Japanese gardens -- characterized by stones, water, unusual plants and minimal amounts of color -- are traditionally designed to promote inner peace and serenity. Here's how Diane Hunter from Barrington, Illinois, created a Japanese garden in her backyard.
Diane became interested in Japanese gardens about 20 years ago because of the "wonderful feeling" she found in them. She wanted to create her own so she could feel that way every day. Her desire for deeper understanding led her to visit more than 80 gardens during four trips to Japan. Now, all she has to do is step out her back door for comfort.
"Whenever I've been troubled, I come here and get new insights," Diane says. "Some of my most joyful times have been during moments in my garden where I feel calm, protected."
A retired biological sciences professor, Diane dedicates most of her time to her quarter-acre garden. Diane selected and placed each stone of the dry streambed (left).
"Japanese gardens are traditionally small," Diane says. To make a section look larger, Diane places smaller rocks at the back of an area and larger ones in the foreground. This creates the illusion of distance.
Because traditional Japanese gardens are metaphorical and signify spiritual lessons, finding the perfect spot for a single rock has, at times, taken Diane as long as two weeks. "I'm out at five in the morning, seeing how the light hits it," she says. "Moving a few inches in any direction could reveal quite a different view."
Curving, pebbled paths in Diane's garden enhance the sense of discovery.
"Early Japanese designers -- 1,500 years ago -- created gardens as places where we can experience the most profound personal insights about our short lives," Diane says. "But Western eyes have to be guided."
One way to open your mind to get into these deeper thoughts, she says, is to simply focus on details and live in the moment. "Focusing on the details of one pebble is a very different experience from looking at 50 pebbles," Diane says.
This idea, she says, applies to problems: Ask yourself if you're seeing all parts of the situation.
Each item in a Japanese garden, whether it's a full yard or just the corner of one, is deliberately planned and placed to create a serene feeling conducive to meditation. Most Japanese gardens use four elements: stones, plants, color and water. See the next slides for ideas on incorporating these elements into a garden.
By relying on structure and texture instead of color, you can meditate in a Japanese garden any time of the day or year. Bold color is rarely used, and comes only from seasonal changes in perennials and shrubs such as hydrangeas. In Diane's garden, seasonal color includes the bright red of Japanese maple 'Bloodgood' (left).
Water, in Japanese gardens, can either be real or imagined. Fountains, like this tiered stone one in Diane's garden, can enhance the feeling of calm through the sound of water. But even without water, perfect placement of rocks can create the illusion of a flowing stream. "While viewers imagine water, they're free of worry," Diane says. "Their brain gets a rest, and that rest period could be called meditation."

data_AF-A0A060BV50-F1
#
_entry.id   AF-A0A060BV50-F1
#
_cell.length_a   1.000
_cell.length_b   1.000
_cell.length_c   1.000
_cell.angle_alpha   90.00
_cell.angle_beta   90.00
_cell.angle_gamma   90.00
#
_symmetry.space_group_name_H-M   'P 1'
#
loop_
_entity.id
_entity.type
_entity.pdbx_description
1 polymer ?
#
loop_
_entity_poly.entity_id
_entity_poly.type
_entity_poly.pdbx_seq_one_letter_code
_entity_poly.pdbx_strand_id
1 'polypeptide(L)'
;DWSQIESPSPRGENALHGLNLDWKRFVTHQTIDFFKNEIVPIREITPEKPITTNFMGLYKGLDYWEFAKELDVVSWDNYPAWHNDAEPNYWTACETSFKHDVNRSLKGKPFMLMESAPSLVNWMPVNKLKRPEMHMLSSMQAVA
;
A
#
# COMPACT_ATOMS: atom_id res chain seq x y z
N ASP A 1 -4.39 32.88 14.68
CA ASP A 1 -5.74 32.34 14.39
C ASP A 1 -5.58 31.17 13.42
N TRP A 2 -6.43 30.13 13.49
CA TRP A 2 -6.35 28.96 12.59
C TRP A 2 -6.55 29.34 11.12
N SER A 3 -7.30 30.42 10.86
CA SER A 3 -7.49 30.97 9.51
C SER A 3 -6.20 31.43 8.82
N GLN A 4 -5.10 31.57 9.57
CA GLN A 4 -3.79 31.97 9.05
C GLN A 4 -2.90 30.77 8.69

Japanese gardens use plants that look unusual or show special character to suggest a metaphor for meditation. The kinds of plants you use are not as important as harmonious placement. Easy-to-grow plants include ornamental grasses, evergreens and deciduous trees such as Japanese maples. Pictured: White fir Abies concolor 'Select'.
In a traditional Japanese garden, stones are selected for their shape, color and personality and carry specific meanings, so the placement of each is crucial. However, you may just place them where you think they look most pleasing. Smaller rocks at the back of an area and larger ones in the foreground create the illusion of distance. Larger rocks can represent strength when vertical, or passivity when horizontal.
A dwarf Scots pine's gnarled branches represent endurance. Diane encourages visitors to sharpen their senses and focus on details like shape. Diane prepares guests for the experience of her stroll garden, but, as she puts it, what happens during the visit is up to the viewer. Japanese gardens, she says, can encourage insights about how to live our lives; about fears; about recognizing a core of beauty in everything.
Pruning is a form of meditation for Diane, whose garden has given her countless hours of serenity. "We can only have one thought at a time," she says. "So if we imagine we're among the mountains, enjoying them, we can't think about some problem that has been swirling around in our heads, causing a headache. Most things are beyond our control. When we try to control things we can't, that's when we really start suffering. In the garden, we can let go and change our attitude."
Illinois gardener Diane Hunter's travels to Japan inspired her landscape. If you'd like to travel through the Heartland for inspiration, the Midwest offers plenty of public gardens with Japanese influence.
Illinois: Anderson Japanese Gardens in Rockford; Chicago Botanic Garden Sansho-En (Garden of Three Islands) in Glencoe.
Indiana: Shiojiri Niwa in Mishawaka.
Iowa: Dubuque Arboretum Japanese garden in Dubuque.
Michigan: The Japanese Cultural Center and Tea House in Saginaw.
Minnesota: Carleton College Garden of Quiet Listening in Northwood; The Japanese Garden in Bloomington; Minnesota Landscape Arboretum Seisui Tei (Garden of Pure Water) in Chanhassen.
Missouri: Missouri Botanical Garden Seiwa-En in St. Louis.
Ohio:Cleveland Botanical Garden Gan Ryuu Tei in Cleveland; Dawes Arboretum Japanese garden in Newark.
(A version of this story appeared in Midwest Living® May/June 2008.)
Shiojiri Niwa 
Dubuque Arboretum 
The Japanese Garden 
Dawes Arboretum